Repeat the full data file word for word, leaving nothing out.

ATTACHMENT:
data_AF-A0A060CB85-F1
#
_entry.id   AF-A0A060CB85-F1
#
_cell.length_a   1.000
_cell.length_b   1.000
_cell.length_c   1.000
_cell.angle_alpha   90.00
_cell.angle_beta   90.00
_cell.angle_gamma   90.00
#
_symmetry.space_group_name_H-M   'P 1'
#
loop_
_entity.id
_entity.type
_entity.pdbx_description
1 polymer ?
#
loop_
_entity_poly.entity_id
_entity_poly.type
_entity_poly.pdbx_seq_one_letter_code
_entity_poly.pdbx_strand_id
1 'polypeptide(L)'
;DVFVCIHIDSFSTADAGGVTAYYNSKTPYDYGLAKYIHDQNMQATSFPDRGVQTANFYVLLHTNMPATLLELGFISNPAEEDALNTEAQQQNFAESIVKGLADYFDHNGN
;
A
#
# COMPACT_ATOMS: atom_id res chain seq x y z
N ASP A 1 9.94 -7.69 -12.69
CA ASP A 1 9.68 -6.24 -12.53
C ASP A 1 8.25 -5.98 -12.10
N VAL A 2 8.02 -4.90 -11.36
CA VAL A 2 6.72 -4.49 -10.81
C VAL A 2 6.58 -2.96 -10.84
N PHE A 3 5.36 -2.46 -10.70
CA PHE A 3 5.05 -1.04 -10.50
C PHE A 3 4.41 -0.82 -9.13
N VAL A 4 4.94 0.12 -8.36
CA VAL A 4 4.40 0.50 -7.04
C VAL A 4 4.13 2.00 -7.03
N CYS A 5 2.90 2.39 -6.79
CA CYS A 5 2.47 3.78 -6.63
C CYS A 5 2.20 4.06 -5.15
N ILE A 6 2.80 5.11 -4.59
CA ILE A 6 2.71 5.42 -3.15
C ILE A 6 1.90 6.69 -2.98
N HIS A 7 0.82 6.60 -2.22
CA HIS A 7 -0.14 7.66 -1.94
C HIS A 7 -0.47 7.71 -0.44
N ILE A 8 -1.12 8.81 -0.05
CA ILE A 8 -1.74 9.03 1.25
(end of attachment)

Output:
data_AF-A0A060CB85-F1
#
_entry.id   AF-A0A060CB85-F1
#
_cell.length_a   1.000
_cell.length_b   1.000
_cell.length_c   1.000
_cell.angle_alpha   90.00
_cell.angle_beta   90.00
_cell.angle_gamma   90.00
#
_symmetry.space_group_name_H-M   'P 1'
#
loop_
_entity.id
_entity.type
_entity.pdbx_description
1 polymer ?
#
loop_
_entity_poly.entity_id
_entity_poly.type
_entity_poly.pdbx_seq_one_letter_code
_entity_poly.pdbx_strand_id
1 'polypeptide(L)'
;DVFVCIHIDSFSTADAGGVTAYYNSKTPYDYGLAKYIHDQNMQATSFPDRGVQTANFYVLLHTNMPATLLELGFISNPAEEDALNTEAQQQNFAESIVKGLADYFDHNGN
;
A
#
# COMPACT_ATOMS: atom_id res chain seq x y z
N ASP A 1 9.94 -7.69 -12.69
CA ASP A 1 9.68 -6.24 -12.53
C ASP A 1 8.25 -5.98 -12.10
N VAL A 2 8.02 -4.90 -11.36
CA VAL A 2 6.72 -4.49 -10.81
C VAL A 2 6.58 -2.96 -10.84
N PHE A 3 5.36 -2.46 -10.70
CA PHE A 3 5.05 -1.04 -10.50
C PHE A 3 4.41 -0.82 -9.13
N VAL A 4 4.94 0.12 -8.36
CA VAL A 4 4.40 0.50 -7.04
C VAL A 4 4.13 2.00 -7.03
N CYS A 5 2.90 2.39 -6.79
CA CYS A 5 2.47 3.78 -6.63
C CYS A 5 2.20 4.06 -5.15
N ILE A 6 2.80 5.11 -4.59
CA ILE A 6 2.71 5.42 -3.15
C ILE A 6 1.90 6.69 -2.98
N HIS A 7 0.82 6.60 -2.22
CA HIS A 7 -0.14 7.66 -1.94
C HIS A 7 -0.47 7.71 -0.44
N ILE A 8 -1.12 8.81 -0.05
CA ILE A 8 -1.74 9.03 1.25